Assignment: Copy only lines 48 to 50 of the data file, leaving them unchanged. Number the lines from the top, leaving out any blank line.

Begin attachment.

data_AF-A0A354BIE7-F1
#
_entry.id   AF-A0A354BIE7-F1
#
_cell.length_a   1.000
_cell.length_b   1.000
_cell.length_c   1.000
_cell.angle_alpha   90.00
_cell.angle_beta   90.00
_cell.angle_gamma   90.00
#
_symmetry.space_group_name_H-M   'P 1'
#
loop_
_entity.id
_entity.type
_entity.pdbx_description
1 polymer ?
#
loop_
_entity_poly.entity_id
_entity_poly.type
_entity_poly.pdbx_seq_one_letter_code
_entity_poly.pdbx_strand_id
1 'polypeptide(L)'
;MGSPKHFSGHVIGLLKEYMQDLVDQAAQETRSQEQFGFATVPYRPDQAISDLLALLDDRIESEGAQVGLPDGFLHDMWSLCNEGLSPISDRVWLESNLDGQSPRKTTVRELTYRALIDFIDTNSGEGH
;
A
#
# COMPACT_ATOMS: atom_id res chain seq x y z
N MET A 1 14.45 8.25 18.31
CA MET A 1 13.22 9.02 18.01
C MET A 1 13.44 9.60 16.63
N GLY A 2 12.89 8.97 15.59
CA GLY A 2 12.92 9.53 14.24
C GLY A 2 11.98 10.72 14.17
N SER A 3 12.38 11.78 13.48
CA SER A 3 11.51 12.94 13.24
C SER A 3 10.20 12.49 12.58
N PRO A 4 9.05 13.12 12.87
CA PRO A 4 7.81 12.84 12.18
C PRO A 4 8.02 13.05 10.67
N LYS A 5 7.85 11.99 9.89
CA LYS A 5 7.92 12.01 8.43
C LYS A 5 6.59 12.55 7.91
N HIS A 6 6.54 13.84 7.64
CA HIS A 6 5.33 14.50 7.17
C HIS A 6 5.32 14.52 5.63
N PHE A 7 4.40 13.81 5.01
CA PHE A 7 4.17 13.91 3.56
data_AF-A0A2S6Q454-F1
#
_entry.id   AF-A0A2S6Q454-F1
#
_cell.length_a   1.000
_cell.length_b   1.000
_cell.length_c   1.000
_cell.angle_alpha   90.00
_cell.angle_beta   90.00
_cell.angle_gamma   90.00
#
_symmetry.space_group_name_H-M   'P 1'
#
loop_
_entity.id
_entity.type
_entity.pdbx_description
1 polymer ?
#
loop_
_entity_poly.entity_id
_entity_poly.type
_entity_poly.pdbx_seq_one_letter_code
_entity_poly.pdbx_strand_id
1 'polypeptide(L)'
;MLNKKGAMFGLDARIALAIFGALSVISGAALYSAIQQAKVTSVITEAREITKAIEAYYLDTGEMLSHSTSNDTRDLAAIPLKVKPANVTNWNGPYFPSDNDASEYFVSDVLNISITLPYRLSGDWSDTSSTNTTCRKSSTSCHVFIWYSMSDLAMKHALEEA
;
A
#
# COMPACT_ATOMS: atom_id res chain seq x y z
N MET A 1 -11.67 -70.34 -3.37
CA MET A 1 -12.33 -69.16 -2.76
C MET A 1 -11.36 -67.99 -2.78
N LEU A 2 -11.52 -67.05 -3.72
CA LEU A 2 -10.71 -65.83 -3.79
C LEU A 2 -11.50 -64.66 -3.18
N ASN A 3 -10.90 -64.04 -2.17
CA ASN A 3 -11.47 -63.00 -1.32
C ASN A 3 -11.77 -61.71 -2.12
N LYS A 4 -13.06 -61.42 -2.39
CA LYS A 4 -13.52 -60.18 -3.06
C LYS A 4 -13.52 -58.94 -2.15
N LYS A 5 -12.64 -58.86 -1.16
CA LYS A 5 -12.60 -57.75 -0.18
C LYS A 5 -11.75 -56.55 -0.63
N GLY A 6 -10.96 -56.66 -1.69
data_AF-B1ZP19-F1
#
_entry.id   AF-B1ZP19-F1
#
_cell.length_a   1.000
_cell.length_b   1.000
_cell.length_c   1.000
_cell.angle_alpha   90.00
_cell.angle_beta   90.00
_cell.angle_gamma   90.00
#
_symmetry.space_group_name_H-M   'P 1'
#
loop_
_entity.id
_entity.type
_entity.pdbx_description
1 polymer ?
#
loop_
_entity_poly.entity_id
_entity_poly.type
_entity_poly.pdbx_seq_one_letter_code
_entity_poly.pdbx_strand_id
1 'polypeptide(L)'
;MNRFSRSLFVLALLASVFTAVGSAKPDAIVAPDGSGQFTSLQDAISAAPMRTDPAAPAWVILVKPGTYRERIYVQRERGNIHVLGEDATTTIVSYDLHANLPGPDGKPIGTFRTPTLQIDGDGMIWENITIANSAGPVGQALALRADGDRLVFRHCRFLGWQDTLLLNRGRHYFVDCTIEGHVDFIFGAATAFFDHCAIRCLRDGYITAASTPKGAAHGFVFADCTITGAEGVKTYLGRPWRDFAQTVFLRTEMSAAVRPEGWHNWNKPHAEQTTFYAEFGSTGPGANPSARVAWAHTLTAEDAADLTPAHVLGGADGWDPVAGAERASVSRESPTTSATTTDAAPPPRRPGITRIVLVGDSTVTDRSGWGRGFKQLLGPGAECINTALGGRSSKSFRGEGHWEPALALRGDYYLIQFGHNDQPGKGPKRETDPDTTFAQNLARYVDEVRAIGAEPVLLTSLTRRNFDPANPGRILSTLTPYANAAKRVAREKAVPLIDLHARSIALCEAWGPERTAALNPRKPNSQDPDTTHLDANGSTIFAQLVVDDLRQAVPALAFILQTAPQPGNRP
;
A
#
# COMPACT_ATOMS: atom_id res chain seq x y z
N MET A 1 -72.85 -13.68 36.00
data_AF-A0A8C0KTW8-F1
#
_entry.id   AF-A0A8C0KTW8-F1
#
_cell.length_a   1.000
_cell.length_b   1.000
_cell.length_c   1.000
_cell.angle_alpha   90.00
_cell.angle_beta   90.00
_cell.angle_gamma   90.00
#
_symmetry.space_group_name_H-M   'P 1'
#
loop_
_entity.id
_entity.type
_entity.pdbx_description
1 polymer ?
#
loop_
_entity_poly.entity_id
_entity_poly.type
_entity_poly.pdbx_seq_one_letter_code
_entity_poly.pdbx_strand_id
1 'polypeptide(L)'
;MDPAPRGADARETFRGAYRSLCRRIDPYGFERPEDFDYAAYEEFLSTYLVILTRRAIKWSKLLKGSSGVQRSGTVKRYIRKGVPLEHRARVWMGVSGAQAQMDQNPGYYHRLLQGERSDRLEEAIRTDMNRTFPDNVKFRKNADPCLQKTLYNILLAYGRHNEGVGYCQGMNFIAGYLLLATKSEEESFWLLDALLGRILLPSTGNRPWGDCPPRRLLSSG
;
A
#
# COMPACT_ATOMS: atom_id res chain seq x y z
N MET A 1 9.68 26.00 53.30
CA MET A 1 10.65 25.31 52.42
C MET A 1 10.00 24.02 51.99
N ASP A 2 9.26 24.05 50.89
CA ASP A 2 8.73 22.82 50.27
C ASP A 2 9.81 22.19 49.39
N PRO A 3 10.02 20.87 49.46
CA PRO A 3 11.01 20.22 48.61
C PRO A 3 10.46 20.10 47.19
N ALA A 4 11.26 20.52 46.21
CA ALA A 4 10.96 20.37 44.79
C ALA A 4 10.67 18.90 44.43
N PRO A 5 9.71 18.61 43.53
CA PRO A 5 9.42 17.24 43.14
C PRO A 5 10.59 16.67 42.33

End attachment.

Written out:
C HIS A 6 5.32 14.52 5.63
N PHE A 7 4.40 13.81 5.01
CA PHE A 7 4.17 13.91 3.56